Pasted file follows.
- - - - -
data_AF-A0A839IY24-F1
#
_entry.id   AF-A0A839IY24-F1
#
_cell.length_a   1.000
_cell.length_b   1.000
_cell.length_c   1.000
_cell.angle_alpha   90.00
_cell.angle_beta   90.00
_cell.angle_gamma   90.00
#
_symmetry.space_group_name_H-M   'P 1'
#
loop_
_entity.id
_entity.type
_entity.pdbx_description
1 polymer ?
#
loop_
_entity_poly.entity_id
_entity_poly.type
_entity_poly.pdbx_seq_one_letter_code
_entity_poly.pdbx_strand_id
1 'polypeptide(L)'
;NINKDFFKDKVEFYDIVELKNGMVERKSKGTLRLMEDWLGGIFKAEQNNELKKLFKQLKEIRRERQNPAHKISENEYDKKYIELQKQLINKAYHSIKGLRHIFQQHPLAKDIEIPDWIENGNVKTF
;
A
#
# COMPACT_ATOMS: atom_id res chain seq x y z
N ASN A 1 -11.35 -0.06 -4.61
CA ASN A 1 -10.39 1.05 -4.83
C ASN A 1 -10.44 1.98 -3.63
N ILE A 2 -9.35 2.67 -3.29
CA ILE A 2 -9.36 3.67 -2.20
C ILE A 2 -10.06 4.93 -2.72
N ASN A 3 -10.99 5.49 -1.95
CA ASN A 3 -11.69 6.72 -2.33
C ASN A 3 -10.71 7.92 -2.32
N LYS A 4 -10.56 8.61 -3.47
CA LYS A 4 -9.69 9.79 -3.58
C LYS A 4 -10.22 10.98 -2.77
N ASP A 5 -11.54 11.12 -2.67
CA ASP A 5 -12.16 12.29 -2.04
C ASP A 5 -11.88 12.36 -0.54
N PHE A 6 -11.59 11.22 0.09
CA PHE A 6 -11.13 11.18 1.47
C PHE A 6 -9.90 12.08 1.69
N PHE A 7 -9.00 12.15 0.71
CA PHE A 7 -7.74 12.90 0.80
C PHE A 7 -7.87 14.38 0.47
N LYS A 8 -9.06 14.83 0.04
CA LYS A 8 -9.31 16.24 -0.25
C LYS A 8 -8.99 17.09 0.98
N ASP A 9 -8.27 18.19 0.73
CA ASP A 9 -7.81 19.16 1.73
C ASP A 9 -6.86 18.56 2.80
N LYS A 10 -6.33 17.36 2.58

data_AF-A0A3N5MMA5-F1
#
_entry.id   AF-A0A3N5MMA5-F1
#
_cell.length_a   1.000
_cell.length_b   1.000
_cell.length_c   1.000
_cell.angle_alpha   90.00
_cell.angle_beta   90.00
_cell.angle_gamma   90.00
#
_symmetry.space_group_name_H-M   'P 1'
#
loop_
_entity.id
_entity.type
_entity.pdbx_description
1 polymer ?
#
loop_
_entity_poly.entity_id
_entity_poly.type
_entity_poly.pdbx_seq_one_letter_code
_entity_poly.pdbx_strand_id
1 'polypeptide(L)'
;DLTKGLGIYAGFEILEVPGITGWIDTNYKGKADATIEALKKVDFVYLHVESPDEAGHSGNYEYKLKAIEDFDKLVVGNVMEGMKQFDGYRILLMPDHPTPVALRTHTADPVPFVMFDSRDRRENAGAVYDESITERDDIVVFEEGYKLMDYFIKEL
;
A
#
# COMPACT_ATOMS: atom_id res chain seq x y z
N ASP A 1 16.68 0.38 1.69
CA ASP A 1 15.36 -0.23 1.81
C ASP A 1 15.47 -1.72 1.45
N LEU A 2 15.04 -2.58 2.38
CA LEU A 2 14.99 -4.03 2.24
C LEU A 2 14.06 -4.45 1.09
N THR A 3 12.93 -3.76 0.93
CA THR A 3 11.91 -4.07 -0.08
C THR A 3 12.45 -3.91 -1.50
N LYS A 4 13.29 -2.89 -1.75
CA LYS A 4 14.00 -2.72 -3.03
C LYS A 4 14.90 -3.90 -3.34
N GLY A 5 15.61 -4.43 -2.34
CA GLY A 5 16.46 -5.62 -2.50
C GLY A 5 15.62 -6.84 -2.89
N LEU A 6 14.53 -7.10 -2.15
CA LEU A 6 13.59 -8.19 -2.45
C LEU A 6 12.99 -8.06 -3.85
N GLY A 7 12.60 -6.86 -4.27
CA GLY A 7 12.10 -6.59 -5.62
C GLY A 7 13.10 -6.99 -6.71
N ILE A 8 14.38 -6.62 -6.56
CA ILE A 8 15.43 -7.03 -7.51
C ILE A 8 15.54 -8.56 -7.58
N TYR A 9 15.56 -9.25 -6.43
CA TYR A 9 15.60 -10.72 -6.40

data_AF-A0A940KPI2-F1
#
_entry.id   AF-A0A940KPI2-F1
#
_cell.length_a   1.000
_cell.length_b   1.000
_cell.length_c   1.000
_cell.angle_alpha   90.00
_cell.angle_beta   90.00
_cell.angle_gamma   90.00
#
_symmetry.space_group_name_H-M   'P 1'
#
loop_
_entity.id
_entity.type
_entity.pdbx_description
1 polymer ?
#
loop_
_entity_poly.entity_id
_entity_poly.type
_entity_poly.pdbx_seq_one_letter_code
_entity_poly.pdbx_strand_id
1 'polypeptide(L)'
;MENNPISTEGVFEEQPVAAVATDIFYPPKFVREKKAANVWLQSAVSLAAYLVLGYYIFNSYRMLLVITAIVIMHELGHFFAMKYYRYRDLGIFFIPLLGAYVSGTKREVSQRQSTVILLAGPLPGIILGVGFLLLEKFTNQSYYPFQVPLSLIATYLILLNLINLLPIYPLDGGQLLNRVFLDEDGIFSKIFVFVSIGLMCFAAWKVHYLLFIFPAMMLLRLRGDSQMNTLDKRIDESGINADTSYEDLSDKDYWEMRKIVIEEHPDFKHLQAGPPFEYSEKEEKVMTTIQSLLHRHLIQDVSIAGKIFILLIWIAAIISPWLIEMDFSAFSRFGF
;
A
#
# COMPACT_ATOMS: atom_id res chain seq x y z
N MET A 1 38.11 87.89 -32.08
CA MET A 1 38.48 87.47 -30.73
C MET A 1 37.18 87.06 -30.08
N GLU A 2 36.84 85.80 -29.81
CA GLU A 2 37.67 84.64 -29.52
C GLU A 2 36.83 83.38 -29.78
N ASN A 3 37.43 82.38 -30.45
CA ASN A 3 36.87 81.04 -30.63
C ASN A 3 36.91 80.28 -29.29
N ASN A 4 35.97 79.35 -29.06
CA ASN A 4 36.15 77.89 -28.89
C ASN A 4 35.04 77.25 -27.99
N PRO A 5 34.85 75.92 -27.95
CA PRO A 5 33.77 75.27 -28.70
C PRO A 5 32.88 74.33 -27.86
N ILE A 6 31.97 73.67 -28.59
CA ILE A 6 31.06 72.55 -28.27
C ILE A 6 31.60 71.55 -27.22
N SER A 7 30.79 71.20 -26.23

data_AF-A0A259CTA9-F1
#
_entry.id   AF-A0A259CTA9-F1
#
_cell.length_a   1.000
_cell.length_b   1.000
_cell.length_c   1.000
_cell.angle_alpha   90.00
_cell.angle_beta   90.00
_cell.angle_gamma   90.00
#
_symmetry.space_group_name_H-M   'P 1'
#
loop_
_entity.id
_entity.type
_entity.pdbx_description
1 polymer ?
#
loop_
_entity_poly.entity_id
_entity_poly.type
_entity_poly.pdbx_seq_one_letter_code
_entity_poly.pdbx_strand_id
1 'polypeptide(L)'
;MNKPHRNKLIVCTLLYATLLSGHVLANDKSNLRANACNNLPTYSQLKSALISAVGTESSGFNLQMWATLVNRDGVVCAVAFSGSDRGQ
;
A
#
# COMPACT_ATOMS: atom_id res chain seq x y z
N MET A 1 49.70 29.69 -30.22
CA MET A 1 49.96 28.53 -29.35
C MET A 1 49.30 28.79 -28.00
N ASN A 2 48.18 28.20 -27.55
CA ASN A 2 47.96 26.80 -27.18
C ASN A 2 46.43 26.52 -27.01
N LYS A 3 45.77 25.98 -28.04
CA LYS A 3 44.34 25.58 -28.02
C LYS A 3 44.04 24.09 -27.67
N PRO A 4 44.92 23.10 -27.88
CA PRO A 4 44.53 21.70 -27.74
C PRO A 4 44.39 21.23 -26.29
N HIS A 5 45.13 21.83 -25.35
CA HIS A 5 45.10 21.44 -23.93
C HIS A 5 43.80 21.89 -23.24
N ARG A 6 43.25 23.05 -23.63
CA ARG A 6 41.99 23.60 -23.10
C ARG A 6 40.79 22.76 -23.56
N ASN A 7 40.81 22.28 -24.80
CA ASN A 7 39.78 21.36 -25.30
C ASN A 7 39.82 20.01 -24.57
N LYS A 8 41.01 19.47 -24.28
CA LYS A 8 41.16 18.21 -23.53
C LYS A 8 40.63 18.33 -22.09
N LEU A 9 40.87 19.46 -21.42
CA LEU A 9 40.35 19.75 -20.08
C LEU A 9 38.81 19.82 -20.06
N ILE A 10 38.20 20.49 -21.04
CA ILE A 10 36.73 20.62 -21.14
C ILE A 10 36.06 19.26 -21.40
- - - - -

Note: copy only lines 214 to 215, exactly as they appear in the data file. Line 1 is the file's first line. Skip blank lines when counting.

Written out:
C ASN A 7 39.82 20.01 -24.57
N LYS A 8 41.01 19.47 -24.28